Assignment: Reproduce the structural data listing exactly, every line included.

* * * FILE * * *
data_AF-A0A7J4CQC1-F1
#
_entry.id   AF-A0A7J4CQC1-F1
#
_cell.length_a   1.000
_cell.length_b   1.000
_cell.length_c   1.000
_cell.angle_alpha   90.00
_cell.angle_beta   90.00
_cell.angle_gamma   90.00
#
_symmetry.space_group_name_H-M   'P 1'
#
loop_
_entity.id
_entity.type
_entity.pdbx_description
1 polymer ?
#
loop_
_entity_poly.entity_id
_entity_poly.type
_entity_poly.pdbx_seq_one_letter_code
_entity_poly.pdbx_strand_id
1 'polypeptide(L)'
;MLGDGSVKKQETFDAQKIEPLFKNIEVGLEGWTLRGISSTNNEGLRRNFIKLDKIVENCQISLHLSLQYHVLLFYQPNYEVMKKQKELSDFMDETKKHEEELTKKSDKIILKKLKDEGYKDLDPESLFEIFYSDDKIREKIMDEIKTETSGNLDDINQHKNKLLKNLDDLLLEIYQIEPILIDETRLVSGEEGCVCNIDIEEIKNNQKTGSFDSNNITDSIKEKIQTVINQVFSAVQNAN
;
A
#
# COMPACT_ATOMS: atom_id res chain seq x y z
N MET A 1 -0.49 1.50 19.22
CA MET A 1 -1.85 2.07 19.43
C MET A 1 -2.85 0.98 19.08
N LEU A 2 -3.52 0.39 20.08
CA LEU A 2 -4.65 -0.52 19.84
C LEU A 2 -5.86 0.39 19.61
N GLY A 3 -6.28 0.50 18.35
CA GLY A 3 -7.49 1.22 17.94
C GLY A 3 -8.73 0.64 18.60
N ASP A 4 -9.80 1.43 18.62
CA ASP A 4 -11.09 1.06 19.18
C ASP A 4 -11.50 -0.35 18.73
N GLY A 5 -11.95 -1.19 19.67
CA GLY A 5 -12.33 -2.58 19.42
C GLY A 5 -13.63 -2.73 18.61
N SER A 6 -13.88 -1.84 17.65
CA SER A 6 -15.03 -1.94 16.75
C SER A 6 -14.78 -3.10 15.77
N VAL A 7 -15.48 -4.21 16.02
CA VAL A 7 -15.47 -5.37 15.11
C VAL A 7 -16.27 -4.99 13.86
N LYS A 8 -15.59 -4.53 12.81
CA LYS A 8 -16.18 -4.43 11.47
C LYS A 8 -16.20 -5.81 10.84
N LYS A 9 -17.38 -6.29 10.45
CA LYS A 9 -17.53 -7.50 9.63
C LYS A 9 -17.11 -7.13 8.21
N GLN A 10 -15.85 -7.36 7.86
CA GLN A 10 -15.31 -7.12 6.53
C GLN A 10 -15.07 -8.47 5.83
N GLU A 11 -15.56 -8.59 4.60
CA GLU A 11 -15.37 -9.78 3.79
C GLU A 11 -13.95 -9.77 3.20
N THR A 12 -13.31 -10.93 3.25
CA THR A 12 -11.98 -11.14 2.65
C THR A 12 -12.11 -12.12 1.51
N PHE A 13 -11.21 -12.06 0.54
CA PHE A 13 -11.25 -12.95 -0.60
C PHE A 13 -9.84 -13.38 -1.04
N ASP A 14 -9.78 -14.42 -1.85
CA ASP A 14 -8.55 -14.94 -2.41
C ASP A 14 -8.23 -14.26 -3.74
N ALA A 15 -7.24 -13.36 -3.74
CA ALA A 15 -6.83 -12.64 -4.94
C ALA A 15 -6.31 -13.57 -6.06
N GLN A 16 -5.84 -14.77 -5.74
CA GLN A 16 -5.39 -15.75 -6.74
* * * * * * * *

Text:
data_AF-A0A7J4CQC1-F1
#
_entry.id   AF-A0A7J4CQC1-F1
#
_cell.length_a   1.000
_cell.length_b   1.000
_cell.length_c   1.000
_cell.angle_alpha   90.00
_cell.angle_beta   90.00
_cell.angle_gamma   90.00
#
_symmetry.space_group_name_H-M   'P 1'
#
loop_
_entity.id
_entity.type
_entity.pdbx_description
1 polymer ?
#
loop_
_entity_poly.entity_id
_entity_poly.type
_entity_poly.pdbx_seq_one_letter_code
_entity_poly.pdbx_strand_id
1 'polypeptide(L)'
;MLGDGSVKKQETFDAQKIEPLFKNIEVGLEGWTLRGISSTNNEGLRRNFIKLDKIVENCQISLHLSLQYHVLLFYQPNYEVMKKQKELSDFMDETKKHEEELTKKSDKIILKKLKDEGYKDLDPESLFEIFYSDDKIREKIMDEIKTETSGNLDDINQHKNKLLKNLDDLLLEIYQIEPILIDETRLVSGEEGCVCNIDIEEIKNNQKTGSFDSNNITDSIKEKIQTVINQVFSAVQNAN
;
A
#
# COMPACT_ATOMS: atom_id res chain seq x y z
N MET A 1 -0.49 1.50 19.22
CA MET A 1 -1.85 2.07 19.43
C MET A 1 -2.85 0.98 19.08
N LEU A 2 -3.52 0.39 20.08
CA LEU A 2 -4.65 -0.52 19.84
C LEU A 2 -5.86 0.39 19.61
N GLY A 3 -6.28 0.50 18.35
CA GLY A 3 -7.49 1.22 17.94
C GLY A 3 -8.73 0.64 18.60
N ASP A 4 -9.80 1.43 18.62
CA ASP A 4 -11.09 1.06 19.18
C ASP A 4 -11.50 -0.35 18.73
N GLY A 5 -11.95 -1.19 19.67
CA GLY A 5 -12.33 -2.58 19.42
C GLY A 5 -13.63 -2.73 18.61
N SER A 6 -13.88 -1.84 17.65
CA SER A 6 -15.03 -1.94 16.75
C SER A 6 -14.78 -3.10 15.77
N VAL A 7 -15.48 -4.21 16.02
CA VAL A 7 -15.47 -5.37 15.11
C VAL A 7 -16.27 -4.99 13.86
N LYS A 8 -15.59 -4.53 12.81
CA LYS A 8 -16.18 -4.43 11.47
C LYS A 8 -16.20 -5.81 10.84
N LYS A 9 -17.38 -6.29 10.45
CA LYS A 9 -17.53 -7.50 9.63
C LYS A 9 -17.11 -7.13 8.21
N GLN A 10 -15.85 -7.36 7.86
CA GLN A 10 -15.31 -7.12 6.53
C GLN A 10 -15.07 -8.47 5.83
N GLU A 11 -15.56 -8.59 4.60
CA GLU A 11 -15.37 -9.78 3.79
C GLU A 11 -13.95 -9.77 3.20
N THR A 12 -13.31 -10.93 3.25
CA THR A 12 -11.98 -11.14 2.65
C THR A 12 -12.11 -12.12 1.51
N PHE A 13 -11.21 -12.06 0.54
CA PHE A 13 -11.25 -12.95 -0.60
C PHE A 13 -9.84 -13.38 -1.04
N ASP A 14 -9.78 -14.42 -1.85
CA ASP A 14 -8.55 -14.94 -2.41
C ASP A 14 -8.23 -14.26 -3.74
N ALA A 15 -7.24 -13.36 -3.74
CA ALA A 15 -6.83 -12.64 -4.94
C ALA A 15 -6.31 -13.57 -6.06
N GLN A 16 -5.84 -14.77 -5.74
CA GLN A 16 -5.39 -15.75 -6.74